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The Hornet

Serving the Fullerton Community Since 1922

The Hornet

Opinion: Is censored history depriving students the lessons of the past?

As the world around us is ever-changing, so is the history that has defined our world and more specifically our country.

More research is being brought to light that changes how we view what happened in our past that in turn changes the lessons that need to be taught in our schools. Unfortunately, not all these lessons make it into the updated textbooks because it rattles the cage of what has been taught before which leads to students not being able to learn the lessons of our past.

The people who are most affected by the lack of change incorrectly teaching history are the next generation that we are supposed to be grooming as more well-informed adults. Teachers who have a passion for history do their best to engage students and teach them that history will be ever-evolving as we uncover more documents and artifacts from the past. However, there are teachers who lack a passion for the subject and merely teach the students the required materials for them to pass through school and neglecting them of valuable lessons.

Censoring history in the school system can cause lessons of history to be lost.
Censoring history in the school system can cause lessons of history to be lost. Photo credit: Ann Lipot

After these students graduate from high school and move on through life, they turn to the History Channel and YouTube for documentaries about the juicy parts of history only to find what they learned in school and do not line up with the new information. If they continue their search, that person will discover a book by James W. Loewen titled “Lies My Teach Told Me: Everything Your American History Textbook Got Wrong” and a book by Seymour Morris Jr. titled “American History Revised”.

These books go more in-depth into what was left out of history lessons that were part of the required learning through elementary, intermediate and high school levels. They reveal more facts and stories that schools are not allowed to teach due to the Board of Education stepping in.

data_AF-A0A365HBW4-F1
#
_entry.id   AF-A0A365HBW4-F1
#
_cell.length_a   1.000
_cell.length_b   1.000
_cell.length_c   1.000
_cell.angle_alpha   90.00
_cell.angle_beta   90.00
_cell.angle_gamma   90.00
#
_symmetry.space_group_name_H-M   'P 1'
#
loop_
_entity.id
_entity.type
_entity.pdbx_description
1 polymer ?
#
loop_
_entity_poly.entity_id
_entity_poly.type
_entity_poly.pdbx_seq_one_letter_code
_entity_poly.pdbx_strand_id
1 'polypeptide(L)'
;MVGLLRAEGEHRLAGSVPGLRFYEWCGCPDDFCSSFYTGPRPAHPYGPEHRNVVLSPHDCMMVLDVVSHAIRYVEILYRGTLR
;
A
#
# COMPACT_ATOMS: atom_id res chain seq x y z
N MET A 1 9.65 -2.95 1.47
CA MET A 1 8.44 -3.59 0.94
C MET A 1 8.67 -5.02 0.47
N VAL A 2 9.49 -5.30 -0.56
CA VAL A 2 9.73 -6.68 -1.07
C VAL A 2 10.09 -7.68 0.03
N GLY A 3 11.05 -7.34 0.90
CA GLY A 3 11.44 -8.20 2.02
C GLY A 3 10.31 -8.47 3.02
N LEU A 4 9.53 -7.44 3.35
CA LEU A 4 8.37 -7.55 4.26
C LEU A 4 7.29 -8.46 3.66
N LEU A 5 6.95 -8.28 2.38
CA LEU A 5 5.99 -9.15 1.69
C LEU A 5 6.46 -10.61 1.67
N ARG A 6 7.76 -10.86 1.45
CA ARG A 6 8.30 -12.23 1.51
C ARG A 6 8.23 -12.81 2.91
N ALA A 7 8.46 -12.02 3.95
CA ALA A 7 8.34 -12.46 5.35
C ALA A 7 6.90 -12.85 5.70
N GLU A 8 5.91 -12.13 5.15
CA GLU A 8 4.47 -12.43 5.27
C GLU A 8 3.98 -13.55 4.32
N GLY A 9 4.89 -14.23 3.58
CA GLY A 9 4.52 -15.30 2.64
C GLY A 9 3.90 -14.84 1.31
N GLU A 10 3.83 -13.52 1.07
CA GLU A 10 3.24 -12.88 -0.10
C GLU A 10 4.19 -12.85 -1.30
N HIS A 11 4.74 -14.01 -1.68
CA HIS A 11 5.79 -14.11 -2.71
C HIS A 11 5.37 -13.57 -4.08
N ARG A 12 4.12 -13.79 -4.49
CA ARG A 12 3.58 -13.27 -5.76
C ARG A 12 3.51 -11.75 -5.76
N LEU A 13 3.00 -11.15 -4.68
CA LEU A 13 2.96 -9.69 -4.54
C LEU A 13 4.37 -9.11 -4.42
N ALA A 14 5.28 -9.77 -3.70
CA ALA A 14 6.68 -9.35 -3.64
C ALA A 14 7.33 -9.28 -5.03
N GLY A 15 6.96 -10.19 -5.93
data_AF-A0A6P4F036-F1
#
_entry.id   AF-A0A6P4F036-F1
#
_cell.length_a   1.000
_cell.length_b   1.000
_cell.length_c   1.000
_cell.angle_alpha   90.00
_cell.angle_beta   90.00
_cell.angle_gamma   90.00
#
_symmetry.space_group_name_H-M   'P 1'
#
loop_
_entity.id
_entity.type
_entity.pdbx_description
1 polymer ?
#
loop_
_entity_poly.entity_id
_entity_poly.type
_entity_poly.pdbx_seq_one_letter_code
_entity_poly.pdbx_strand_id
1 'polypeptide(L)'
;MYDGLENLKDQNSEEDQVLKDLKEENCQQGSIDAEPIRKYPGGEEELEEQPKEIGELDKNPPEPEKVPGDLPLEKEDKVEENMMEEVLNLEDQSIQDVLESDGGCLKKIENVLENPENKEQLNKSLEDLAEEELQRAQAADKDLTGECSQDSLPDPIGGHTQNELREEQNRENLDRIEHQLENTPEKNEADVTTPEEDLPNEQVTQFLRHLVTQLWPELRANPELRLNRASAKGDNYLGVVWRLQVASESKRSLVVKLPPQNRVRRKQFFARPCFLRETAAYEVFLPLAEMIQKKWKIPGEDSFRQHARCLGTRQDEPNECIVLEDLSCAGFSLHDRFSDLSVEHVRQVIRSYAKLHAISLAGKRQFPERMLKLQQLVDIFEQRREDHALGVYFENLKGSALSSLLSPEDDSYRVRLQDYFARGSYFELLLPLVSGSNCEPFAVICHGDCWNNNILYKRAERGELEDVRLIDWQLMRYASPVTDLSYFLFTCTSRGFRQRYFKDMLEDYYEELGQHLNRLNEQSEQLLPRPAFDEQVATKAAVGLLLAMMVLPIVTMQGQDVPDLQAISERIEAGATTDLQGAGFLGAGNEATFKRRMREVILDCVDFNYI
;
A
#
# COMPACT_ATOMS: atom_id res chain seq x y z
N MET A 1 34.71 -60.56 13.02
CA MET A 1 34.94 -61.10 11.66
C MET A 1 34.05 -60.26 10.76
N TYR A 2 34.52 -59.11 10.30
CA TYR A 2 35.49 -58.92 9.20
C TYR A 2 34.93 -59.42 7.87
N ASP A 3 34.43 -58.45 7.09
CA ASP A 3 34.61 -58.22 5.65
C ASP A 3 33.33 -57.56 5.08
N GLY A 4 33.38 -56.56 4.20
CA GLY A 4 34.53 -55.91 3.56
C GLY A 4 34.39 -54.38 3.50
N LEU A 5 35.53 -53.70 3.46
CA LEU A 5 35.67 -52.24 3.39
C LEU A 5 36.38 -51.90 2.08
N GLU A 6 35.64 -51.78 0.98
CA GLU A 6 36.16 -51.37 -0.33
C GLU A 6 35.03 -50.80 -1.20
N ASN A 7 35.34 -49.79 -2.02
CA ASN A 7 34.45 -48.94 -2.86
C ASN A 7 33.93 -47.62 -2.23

However, not all appears to be lost for students in the levels below college. There is a wave of historical revisionism that is correcting mistakes of past textbooks, but it will still never be as complete.

Historical revisionism itself is not without its controversies. This phrase has two different meanings depending on who is asked. One interpretation is that history is simply being corrected to reflect the most accurate account of how an event happened with the current evidence. The other definition is people are simply using this as an excuse to sweep under the rug some of the more unpleasant moments in our country’s history.

The lessons that are left out are by the people who determine the education materials for the schools. The unfortunate part of this is that the history written in school textbooks is still being censored and can never be proven to be an unbiased lesson. History tends to repeat itself through the years when it is forgotten. Personal experiences teach this lesson every day and it remains just as true for our country’s history.

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  • J

    Jett RuckerApr 13, 2020 at 8:29 am

    “History is lies agreed upon.” – Napoleon

  • E

    Elements of StyleApr 11, 2020 at 8:00 pm

    On the other hand, if history is a series of case studies in religious personalities and communities, it must be preserved in its full glory. We may not be able to make sense of the complex events immediately but we must first determine what happened and then attempt to learn from it. If we distort the past, we cannot properly apply it to our times. Changing history will condemn us to repeat the mistakes of our ancestors. This is the tradition I was taught.